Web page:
tourist in Iceland

Delta adds one more Iceland flight route this summer

Delta Air Lines is contributing to the record numbers of U.S. nationals predicted to visit Iceland in 2016, by launching a daily flight between Minneapolis-St Paul International Airport and Reykjavik’s Keflavik International Airport. The flight will be Delta’s second daily service between Iceland and the United States. The established Keflavik-New York-JFK flight, which has operated throughout the summer for the past five years will become a year-round service for the first time this year. In total this summer, Delta will offer 15 weekly flights, including a second frequency between Keflavik and New York-JFK on Sundays. Flights are operated in conjunction with joint venture partners Air France and KLM.

“Adding a new daily flight to a second Delta hub responds to the rise in demand for travel between Iceland and the United States, said Nat Pieper, Delta’s senior vice president for the EMEA region.

“This flight also means that customers have more choice with convenient connections to 84 onward destinations via our Minneapolis and New York-JFK gateways, offering more travel opportunities than ever before, including the cities of Denver and San Francisco.”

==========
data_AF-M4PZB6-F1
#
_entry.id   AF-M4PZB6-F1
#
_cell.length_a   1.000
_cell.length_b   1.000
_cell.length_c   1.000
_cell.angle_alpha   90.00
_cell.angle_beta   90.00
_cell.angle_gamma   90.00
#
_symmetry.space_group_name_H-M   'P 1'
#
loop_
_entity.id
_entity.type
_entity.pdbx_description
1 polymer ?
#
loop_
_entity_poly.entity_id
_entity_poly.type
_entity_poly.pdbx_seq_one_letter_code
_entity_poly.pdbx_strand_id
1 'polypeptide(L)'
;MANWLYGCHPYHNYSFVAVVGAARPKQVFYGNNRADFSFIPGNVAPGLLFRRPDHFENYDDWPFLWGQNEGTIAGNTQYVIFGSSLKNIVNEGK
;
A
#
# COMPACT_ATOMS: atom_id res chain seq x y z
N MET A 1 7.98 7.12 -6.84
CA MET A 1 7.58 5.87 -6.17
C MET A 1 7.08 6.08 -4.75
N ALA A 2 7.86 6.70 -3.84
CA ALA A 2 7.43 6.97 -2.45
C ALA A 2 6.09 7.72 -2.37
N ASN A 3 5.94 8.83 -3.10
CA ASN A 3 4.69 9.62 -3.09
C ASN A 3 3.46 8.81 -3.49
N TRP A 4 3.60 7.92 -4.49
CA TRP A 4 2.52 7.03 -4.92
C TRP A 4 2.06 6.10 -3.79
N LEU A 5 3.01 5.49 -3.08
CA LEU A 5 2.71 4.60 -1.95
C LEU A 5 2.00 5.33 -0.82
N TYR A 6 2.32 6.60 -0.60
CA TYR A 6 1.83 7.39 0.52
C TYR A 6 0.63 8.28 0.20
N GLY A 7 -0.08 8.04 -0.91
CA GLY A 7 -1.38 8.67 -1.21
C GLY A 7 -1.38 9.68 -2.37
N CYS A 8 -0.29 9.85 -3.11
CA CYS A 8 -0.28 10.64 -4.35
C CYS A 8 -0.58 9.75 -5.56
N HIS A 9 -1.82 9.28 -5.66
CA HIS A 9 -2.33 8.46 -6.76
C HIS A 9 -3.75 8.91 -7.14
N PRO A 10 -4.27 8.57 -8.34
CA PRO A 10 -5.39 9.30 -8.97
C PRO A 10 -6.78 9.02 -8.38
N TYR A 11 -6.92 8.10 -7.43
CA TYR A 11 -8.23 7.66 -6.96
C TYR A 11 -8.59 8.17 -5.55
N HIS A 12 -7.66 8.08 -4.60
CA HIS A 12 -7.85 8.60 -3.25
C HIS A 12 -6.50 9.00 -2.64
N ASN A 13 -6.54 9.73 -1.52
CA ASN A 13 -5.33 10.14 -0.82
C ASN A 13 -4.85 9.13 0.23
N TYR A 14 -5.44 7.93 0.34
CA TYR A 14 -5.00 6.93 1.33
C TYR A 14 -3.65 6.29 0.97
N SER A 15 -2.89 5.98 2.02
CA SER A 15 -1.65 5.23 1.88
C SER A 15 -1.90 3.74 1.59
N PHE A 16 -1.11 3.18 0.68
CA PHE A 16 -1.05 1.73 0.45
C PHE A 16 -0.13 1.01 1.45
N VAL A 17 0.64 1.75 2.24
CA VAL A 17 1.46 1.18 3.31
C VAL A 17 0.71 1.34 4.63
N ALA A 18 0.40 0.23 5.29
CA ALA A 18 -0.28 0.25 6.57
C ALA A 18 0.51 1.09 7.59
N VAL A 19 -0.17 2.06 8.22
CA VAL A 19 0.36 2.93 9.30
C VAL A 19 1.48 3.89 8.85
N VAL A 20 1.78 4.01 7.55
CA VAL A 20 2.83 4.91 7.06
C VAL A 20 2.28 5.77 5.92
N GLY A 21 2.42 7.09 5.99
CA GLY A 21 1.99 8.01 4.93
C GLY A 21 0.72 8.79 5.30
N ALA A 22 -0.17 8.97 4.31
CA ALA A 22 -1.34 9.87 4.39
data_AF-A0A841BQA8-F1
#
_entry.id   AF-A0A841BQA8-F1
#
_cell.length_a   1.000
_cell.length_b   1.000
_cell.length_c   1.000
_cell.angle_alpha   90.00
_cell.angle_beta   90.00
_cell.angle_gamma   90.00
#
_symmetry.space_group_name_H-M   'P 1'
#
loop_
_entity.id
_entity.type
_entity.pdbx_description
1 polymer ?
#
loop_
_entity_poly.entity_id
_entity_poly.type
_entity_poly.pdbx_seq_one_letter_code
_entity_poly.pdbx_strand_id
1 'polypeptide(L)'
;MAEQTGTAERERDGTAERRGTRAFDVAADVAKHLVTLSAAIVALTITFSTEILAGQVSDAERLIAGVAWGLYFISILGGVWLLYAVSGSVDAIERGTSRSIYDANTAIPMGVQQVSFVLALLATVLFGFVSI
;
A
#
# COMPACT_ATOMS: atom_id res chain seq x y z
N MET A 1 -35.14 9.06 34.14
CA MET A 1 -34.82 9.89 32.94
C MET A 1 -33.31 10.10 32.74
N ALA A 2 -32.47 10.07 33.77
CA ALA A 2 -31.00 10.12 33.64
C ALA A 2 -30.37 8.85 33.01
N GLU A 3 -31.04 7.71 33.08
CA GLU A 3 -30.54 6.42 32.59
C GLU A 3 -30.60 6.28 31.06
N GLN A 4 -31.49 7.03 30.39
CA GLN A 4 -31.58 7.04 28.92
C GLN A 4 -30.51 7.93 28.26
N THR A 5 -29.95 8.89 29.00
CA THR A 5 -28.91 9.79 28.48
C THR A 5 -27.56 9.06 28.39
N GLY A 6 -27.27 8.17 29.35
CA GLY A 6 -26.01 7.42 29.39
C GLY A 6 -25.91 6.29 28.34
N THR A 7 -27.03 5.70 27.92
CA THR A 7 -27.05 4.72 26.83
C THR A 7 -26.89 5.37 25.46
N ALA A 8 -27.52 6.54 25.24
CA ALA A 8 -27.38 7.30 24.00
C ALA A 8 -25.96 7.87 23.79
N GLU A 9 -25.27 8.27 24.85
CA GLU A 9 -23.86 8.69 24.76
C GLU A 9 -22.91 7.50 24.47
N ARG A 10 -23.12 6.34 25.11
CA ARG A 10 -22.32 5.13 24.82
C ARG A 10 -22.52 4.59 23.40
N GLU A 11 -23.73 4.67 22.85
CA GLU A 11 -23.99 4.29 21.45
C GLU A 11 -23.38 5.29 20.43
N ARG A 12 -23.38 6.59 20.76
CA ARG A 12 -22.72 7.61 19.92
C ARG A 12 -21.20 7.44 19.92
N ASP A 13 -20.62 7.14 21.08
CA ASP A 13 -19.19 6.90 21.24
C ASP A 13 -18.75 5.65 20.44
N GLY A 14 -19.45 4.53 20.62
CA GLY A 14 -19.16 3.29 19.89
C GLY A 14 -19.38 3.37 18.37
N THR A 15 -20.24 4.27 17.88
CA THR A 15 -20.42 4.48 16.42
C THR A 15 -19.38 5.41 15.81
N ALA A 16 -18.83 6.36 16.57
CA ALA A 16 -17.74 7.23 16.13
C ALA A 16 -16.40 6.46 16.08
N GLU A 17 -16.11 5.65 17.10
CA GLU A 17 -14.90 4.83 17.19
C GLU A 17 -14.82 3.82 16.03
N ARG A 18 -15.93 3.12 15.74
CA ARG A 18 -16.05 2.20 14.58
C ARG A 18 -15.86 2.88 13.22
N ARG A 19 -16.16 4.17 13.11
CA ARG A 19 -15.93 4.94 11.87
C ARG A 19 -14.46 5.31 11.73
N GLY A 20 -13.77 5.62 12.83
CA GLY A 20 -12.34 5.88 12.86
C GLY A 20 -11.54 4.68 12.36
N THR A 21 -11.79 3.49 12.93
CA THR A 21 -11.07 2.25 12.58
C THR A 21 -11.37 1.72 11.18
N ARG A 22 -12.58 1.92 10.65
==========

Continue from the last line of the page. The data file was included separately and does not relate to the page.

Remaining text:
Over the past five years, Delta has steadily increased its passenger numbers from 21,000 in 2011 to almost 51,000 last year between Iceland and the United States.

Data from the Centre for Retail Studies in Iceland, meanwhile, shows that U.S. visitors spent some 14 billion ISK on their credit cards last year, averaging about 120 thousand ISK per person. Total spending was 2 billion ISK greater than visitors from the United Kingdom, which is Iceland’s biggest inbound source market.

“With sites including Gullfoss and the Golden Circle, there is much to attract visitors to this beautiful country. Plus with year-round flights from New York, travelers can now enjoy the best of Iceland and the U.S. in any season,” said Nat Pieper.

Over the peak summer months Delta will offer almost 5,900 weekly seats between the United States and Reykjavik, more than doubling its capacity compared to 2015.